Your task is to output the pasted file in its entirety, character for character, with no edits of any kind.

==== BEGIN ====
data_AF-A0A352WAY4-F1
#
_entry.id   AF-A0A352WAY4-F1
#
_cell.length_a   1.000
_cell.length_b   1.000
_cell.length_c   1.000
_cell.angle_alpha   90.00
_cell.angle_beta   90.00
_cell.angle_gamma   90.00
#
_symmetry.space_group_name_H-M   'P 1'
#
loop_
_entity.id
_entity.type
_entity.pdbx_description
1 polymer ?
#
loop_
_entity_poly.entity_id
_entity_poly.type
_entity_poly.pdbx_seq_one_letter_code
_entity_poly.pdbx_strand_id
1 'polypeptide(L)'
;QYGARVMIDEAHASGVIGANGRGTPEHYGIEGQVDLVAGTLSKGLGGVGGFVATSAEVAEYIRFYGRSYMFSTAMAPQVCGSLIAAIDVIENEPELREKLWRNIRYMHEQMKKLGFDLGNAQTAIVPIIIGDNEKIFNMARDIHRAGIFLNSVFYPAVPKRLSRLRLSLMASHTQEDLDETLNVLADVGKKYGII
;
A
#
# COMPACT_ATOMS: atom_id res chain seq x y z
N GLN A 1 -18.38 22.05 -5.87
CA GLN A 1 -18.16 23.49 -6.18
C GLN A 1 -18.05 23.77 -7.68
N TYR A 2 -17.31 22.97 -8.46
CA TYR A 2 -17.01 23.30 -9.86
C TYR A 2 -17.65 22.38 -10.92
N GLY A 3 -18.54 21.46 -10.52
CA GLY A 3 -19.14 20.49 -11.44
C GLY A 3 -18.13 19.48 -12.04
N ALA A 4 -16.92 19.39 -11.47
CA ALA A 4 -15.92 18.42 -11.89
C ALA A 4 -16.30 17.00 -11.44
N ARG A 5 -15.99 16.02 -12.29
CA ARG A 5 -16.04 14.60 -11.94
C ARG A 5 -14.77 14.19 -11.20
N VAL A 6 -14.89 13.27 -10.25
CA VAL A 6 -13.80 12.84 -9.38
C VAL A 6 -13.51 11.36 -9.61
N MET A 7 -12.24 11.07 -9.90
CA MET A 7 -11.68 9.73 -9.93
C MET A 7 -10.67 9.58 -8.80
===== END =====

data_AF-A0A352WAY4-F1
#
_entry.id   AF-A0A352WAY4-F1
#
_cell.length_a   1.000
_cell.length_b   1.000
_cell.length_c   1.000
_cell.angle_alpha   90.00
_cell.angle_beta   90.00
_cell.angle_gamma   90.00
#
_symmetry.space_group_name_H-M   'P 1'
#
loop_
_entity.id
_entity.type
_entity.pdbx_description
1 polymer ?
#
loop_
_entity_poly.entity_id
_entity_poly.type
_entity_poly.pdbx_seq_one_letter_code
_entity_poly.pdbx_strand_id
1 'polypeptide(L)'
;QYGARVMIDEAHASGVIGANGRGTPEHYGIEGQVDLVAGTLSKGLGGVGGFVATSAEVAEYIRFYGRSYMFSTAMAPQVCGSLIAAIDVIENEPELREKLWRNIRYMHEQMKKLGFDLGNAQTAIVPIIIGDNEKIFNMARDIHRAGIFLNSVFYPAVPKRLSRLRLSLMASHTQEDLDETLNVLADVGKKYGII
;
A
#
# COMPACT_ATOMS: atom_id res chain seq x y z
N GLN A 1 -18.38 22.05 -5.87
CA GLN A 1 -18.16 23.49 -6.18
C GLN A 1 -18.05 23.77 -7.68
N TYR A 2 -17.31 22.97 -8.46
CA TYR A 2 -17.01 23.30 -9.86
C TYR A 2 -17.65 22.38 -10.92
N GLY A 3 -18.54 21.46 -10.52
CA GLY A 3 -19.14 20.49 -11.44
C GLY A 3 -18.13 19.48 -12.04
N ALA A 4 -16.92 19.39 -11.47
CA ALA A 4 -15.92 18.42 -11.89
C ALA A 4 -16.30 17.00 -11.44
N ARG A 5 -15.99 16.02 -12.29
CA ARG A 5 -16.04 14.60 -11.94
C ARG A 5 -14.77 14.19 -11.20
N VAL A 6 -14.89 13.27 -10.25
CA VAL A 6 -13.80 12.84 -9.38
C VAL A 6 -13.51 11.36 -9.61
N MET A 7 -12.24 11.07 -9.90
CA MET A 7 -11.68 9.73 -9.93
C MET A 7 -10.67 9.58 -8.80